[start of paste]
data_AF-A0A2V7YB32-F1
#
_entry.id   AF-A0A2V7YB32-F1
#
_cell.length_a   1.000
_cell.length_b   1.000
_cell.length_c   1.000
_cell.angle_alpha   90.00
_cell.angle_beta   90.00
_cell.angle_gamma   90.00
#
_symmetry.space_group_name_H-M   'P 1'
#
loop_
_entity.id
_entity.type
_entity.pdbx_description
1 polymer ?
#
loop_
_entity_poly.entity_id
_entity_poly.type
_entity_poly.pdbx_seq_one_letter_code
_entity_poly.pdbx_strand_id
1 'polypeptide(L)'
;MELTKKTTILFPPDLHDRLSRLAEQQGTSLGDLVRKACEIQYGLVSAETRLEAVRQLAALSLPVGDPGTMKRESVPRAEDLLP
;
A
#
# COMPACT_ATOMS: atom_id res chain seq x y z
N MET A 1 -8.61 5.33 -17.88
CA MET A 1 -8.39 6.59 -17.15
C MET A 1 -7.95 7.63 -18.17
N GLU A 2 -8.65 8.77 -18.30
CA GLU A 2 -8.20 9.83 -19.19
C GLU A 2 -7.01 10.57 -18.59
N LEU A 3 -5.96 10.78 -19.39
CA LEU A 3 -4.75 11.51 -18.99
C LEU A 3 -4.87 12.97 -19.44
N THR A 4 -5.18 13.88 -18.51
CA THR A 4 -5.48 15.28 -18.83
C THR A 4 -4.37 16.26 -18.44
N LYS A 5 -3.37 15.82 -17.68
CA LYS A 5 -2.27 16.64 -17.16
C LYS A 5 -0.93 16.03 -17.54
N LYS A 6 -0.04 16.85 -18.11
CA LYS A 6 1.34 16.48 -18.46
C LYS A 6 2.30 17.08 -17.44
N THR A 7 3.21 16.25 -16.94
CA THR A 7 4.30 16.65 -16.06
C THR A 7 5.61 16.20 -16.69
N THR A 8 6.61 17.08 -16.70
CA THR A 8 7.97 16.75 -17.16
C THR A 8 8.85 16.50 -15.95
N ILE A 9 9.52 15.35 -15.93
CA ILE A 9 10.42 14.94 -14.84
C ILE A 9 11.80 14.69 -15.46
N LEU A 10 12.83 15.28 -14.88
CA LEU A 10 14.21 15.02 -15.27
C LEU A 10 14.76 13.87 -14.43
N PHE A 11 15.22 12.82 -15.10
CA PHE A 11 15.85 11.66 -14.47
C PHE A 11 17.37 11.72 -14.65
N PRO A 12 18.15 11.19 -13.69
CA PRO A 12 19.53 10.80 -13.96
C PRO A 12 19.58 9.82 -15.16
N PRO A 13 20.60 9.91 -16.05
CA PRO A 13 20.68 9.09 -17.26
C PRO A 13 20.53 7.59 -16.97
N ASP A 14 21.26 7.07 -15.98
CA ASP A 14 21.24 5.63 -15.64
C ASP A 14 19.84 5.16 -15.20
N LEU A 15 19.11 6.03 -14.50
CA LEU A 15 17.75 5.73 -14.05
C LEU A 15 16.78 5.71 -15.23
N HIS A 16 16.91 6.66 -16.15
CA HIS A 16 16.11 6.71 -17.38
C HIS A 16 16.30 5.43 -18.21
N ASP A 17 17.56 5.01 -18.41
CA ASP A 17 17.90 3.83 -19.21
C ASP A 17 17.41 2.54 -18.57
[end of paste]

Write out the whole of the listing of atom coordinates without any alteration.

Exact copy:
data_AF-A0A2V7YB32-F1
#
_entry.id   AF-A0A2V7YB32-F1
#
_cell.length_a   1.000
_cell.length_b   1.000
_cell.length_c   1.000
_cell.angle_alpha   90.00
_cell.angle_beta   90.00
_cell.angle_gamma   90.00
#
_symmetry.space_group_name_H-M   'P 1'
#
loop_
_entity.id
_entity.type
_entity.pdbx_description
1 polymer ?
#
loop_
_entity_poly.entity_id
_entity_poly.type
_entity_poly.pdbx_seq_one_letter_code
_entity_poly.pdbx_strand_id
1 'polypeptide(L)'
;MELTKKTTILFPPDLHDRLSRLAEQQGTSLGDLVRKACEIQYGLVSAETRLEAVRQLAALSLPVGDPGTMKRESVPRAEDLLP
;
A
#
# COMPACT_ATOMS: atom_id res chain seq x y z
N MET A 1 -8.61 5.33 -17.88
CA MET A 1 -8.39 6.59 -17.15
C MET A 1 -7.95 7.63 -18.17
N GLU A 2 -8.65 8.77 -18.30
CA GLU A 2 -8.20 9.83 -19.19
C GLU A 2 -7.01 10.57 -18.59
N LEU A 3 -5.96 10.78 -19.39
CA LEU A 3 -4.75 11.51 -18.99
C LEU A 3 -4.87 12.97 -19.44
N THR A 4 -5.18 13.88 -18.51
CA THR A 4 -5.48 15.28 -18.83
C THR A 4 -4.37 16.26 -18.44
N LYS A 5 -3.37 15.82 -17.68
CA LYS A 5 -2.27 16.64 -17.16
C LYS A 5 -0.93 16.03 -17.54
N LYS A 6 -0.04 16.85 -18.11
CA LYS A 6 1.34 16.48 -18.46
C LYS A 6 2.30 17.08 -17.44
N THR A 7 3.21 16.25 -16.94
CA THR A 7 4.30 16.65 -16.06
C THR A 7 5.61 16.20 -16.69
N THR A 8 6.61 17.08 -16.70
CA THR A 8 7.97 16.75 -17.16
C THR A 8 8.85 16.50 -15.95
N ILE A 9 9.52 15.35 -15.93
CA ILE A 9 10.42 14.94 -14.84
C ILE A 9 11.80 14.69 -15.46
N LEU A 10 12.83 15.28 -14.88
CA LEU A 10 14.21 15.02 -15.27
C LEU A 10 14.76 13.87 -14.43
N PHE A 11 15.22 12.82 -15.10
CA PHE A 11 15.85 11.66 -14.47
C PHE A 11 17.37 11.72 -14.65
N PRO A 12 18.15 11.19 -13.69
CA PRO A 12 19.53 10.80 -13.96
C PRO A 12 19.58 9.82 -15.16
N PRO A 13 20.60 9.91 -16.05
CA PRO A 13 20.68 9.09 -17.26
C PRO A 13 20.53 7.59 -16.97
N ASP A 14 21.26 7.07 -15.98
CA ASP A 14 21.24 5.63 -15.64
C ASP A 14 19.84 5.16 -15.20
N LEU A 15 19.11 6.03 -14.50
CA LEU A 15 17.75 5.73 -14.05
C LEU A 15 16.78 5.71 -15.23
N HIS A 16 16.91 6.66 -16.15
CA HIS A 16 16.11 6.71 -17.38
C HIS A 16 16.30 5.43 -18.21
N ASP A 17 17.56 5.01 -18.41
CA ASP A 17 17.90 3.83 -19.21
C ASP A 17 17.41 2.54 -18.57